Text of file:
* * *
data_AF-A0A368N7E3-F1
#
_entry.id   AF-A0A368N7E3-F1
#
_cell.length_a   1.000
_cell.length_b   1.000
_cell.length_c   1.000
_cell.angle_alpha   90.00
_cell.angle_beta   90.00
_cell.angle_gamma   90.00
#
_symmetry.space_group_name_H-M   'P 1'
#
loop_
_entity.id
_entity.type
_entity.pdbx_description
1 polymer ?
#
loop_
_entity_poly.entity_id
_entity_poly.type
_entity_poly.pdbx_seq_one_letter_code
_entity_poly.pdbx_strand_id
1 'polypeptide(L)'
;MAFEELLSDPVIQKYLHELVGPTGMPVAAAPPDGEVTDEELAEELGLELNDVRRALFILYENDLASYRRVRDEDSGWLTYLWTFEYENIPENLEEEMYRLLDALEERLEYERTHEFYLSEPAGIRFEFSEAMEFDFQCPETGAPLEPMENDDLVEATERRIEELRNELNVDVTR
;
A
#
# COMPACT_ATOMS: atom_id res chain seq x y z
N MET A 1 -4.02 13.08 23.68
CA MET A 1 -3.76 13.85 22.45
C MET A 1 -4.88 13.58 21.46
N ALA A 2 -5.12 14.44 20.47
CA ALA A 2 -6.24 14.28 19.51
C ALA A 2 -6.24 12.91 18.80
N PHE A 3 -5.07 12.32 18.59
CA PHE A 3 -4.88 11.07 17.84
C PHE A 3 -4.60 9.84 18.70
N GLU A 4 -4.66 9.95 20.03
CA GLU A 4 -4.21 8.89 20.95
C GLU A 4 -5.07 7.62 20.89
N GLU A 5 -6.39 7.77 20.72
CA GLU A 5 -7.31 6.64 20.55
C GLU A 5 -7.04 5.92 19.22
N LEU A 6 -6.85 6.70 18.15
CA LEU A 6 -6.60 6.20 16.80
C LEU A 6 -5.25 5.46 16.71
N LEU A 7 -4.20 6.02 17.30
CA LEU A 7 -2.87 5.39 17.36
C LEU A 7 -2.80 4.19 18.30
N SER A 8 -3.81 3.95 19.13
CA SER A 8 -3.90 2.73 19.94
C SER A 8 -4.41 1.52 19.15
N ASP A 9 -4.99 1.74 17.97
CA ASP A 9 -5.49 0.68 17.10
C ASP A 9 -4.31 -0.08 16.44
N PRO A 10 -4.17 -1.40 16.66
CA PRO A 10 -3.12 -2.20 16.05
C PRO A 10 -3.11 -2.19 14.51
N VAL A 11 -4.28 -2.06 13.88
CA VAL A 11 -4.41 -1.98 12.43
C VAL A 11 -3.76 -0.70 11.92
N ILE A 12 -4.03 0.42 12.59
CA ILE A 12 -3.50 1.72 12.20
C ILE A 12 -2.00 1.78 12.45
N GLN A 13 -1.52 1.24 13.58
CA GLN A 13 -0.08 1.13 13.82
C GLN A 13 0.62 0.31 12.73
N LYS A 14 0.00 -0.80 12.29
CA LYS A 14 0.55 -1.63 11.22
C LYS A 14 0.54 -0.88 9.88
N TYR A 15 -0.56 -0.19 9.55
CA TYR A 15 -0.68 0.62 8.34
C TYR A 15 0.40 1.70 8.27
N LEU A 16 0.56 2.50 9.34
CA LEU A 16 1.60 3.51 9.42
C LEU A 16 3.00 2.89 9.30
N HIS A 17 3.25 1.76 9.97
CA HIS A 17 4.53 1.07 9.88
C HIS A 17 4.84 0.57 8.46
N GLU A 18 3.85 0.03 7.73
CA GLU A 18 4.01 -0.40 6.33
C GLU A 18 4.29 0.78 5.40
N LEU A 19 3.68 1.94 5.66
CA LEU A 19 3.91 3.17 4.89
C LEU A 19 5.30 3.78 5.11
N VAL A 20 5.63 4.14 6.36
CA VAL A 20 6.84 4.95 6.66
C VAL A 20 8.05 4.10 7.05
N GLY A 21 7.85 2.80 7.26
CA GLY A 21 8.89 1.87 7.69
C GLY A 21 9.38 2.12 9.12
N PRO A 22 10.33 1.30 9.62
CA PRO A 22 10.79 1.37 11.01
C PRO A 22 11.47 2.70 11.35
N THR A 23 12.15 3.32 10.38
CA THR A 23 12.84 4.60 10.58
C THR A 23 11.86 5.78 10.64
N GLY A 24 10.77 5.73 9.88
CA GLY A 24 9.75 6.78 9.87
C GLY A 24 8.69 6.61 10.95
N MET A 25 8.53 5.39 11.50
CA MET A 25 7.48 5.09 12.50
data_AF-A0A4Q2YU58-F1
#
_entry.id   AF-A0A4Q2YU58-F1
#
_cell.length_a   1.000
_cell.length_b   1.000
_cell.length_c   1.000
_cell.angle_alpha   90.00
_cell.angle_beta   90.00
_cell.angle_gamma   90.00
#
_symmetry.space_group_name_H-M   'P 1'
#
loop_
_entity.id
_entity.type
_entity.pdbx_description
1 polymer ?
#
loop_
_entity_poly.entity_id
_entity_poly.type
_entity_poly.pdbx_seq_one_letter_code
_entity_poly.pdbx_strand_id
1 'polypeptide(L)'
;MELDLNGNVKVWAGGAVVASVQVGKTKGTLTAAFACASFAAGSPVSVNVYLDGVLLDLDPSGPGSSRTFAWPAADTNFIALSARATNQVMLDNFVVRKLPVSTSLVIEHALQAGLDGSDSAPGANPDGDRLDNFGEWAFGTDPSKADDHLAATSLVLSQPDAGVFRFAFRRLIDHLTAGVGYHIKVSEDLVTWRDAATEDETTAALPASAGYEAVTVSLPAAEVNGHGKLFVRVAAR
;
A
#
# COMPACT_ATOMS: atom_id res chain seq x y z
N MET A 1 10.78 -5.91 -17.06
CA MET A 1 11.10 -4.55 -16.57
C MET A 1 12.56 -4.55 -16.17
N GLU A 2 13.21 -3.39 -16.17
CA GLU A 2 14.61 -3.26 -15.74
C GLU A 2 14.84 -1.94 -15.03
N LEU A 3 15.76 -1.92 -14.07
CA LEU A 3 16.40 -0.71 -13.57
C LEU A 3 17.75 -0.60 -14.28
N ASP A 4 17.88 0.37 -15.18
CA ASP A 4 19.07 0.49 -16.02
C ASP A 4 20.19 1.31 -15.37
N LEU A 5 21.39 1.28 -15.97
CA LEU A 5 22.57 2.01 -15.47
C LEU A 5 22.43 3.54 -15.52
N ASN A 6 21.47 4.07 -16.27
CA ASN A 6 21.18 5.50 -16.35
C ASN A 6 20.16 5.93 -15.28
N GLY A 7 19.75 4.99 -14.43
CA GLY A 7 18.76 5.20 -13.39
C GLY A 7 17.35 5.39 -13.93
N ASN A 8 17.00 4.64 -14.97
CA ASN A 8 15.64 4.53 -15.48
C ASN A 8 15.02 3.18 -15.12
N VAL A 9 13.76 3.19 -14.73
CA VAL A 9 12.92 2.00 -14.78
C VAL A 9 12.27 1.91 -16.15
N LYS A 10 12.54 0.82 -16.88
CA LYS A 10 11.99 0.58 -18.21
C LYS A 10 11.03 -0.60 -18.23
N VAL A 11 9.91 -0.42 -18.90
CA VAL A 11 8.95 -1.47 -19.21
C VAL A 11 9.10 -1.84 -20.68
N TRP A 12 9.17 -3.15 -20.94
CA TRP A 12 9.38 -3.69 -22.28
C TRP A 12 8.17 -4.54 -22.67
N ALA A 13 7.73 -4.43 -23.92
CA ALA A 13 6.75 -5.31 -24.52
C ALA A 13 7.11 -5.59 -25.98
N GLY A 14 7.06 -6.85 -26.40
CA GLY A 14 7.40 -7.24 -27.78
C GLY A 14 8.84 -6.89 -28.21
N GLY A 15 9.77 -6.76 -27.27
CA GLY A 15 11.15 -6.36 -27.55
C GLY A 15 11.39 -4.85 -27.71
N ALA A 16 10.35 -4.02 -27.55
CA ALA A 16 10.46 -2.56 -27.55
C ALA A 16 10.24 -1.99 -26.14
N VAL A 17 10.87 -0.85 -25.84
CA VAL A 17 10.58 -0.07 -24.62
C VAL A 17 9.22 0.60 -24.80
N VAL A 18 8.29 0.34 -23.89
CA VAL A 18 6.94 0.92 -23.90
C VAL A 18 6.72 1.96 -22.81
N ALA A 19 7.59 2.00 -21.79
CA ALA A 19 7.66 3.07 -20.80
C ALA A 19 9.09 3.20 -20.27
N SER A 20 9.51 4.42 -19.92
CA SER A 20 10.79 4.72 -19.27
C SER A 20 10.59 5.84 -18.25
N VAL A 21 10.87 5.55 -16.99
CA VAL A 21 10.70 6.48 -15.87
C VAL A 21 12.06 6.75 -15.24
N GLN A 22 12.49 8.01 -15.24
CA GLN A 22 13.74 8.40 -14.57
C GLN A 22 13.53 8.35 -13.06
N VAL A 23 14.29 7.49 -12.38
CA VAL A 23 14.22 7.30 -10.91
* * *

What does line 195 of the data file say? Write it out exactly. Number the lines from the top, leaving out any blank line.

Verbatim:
N VAL A 21 10.87 5.55 -16.99